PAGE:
Water-use efficiency and transpiration efficiency of wheat under rain-fed conditions and supplemental irrigation in a Mediterranean-type environment

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Abstract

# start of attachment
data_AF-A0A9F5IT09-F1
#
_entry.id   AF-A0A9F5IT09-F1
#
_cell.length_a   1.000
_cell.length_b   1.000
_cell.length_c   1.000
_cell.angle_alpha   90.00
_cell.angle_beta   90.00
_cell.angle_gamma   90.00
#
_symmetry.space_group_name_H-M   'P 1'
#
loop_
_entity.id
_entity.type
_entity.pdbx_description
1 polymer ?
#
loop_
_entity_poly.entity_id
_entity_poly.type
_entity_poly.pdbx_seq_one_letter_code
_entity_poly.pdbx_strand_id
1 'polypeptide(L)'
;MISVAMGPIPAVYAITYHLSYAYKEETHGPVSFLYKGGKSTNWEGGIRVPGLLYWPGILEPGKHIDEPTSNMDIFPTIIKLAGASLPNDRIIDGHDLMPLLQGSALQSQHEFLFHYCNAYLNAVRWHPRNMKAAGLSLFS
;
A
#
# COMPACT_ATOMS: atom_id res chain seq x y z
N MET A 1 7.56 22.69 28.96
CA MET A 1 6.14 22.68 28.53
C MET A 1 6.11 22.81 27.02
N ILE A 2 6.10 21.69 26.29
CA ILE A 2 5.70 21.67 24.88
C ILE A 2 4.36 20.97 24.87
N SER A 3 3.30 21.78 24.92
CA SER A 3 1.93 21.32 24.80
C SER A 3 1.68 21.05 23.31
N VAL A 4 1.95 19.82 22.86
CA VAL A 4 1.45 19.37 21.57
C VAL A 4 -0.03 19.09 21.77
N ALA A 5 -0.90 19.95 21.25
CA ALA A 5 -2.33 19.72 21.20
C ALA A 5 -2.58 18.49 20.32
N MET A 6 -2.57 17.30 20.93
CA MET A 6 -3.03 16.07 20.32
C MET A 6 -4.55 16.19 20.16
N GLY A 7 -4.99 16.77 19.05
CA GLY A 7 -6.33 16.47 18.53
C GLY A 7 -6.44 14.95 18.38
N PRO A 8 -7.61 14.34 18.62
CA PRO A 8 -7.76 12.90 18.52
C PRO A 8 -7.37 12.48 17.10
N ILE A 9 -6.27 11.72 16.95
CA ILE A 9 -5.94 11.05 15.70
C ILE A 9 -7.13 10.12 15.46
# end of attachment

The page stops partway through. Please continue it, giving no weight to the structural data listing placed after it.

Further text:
Growth and water use were measured in wheat (Triticum aestivum L.) grown in northern Syria in a typical Mediterranean climate over five seasons 1991/92–1995/96. Water use was partitioned into transpiration (T) and soil evaporation (Es) using Ritchie's model, and water-use efficiency (WUE) and transpiration efficiency (TE) were calculated. The aim of the study was to examine the influence of irrigation and nitrogen on water use, WUE and TE. By addition of 100 kg N ha−1, Es was reduced from 120 mm to 101 mm under rain-fed conditions and from 143 mm to 110 mm under irrigated conditions, and T was increased from 153 mm to 193 mm under rain-fed conditions and from 215 mm to 310 mm under irrigated conditions. Under rain-fed conditions, about 35% of evapotranspiration (ET) may be lost from the soil surface for the fertilized crops and 44% of ET for the unfertilized crops. Transpiration accounted for 65% of ET for the fertilized crops and 56% for the unfertilized crops under rain-fed. As a result of this, WUE was increased by 44% for dry matter and 29% for grain yield under rain-fed conditions, and by 60% for dry matter and 57% for grain yield under irrigated conditions. Transpiration efficiency for the fertilized crops was 43.8 kg ha−1 mm−1 for dry matter and 15 kg ha−1 mm−1 for grain yield, while TE for the unfertilized crops was 33.6 kg ha−1 mm−1 and 12.2 kg ha−1 mm−1 for dry matter and grain yield, respectively. Supplemental irrigation significantly increased post-anthesis water use, transpiration, dry matter and grain yield. Water-use efficiency for grain yield was increased from 9.7 to 11.0 kg ha−1 mm−1 by supplemental irrigation, although WUE for dry matter was not affected by it. Irrigation did not affect transpiration efficiency for grain yield, but decreased transpiration efficiency for dry matter by 16%. This was associated with higher harvest index as a result of good water supply in the post-anthesis period and increased transpiration under irrigated conditions.

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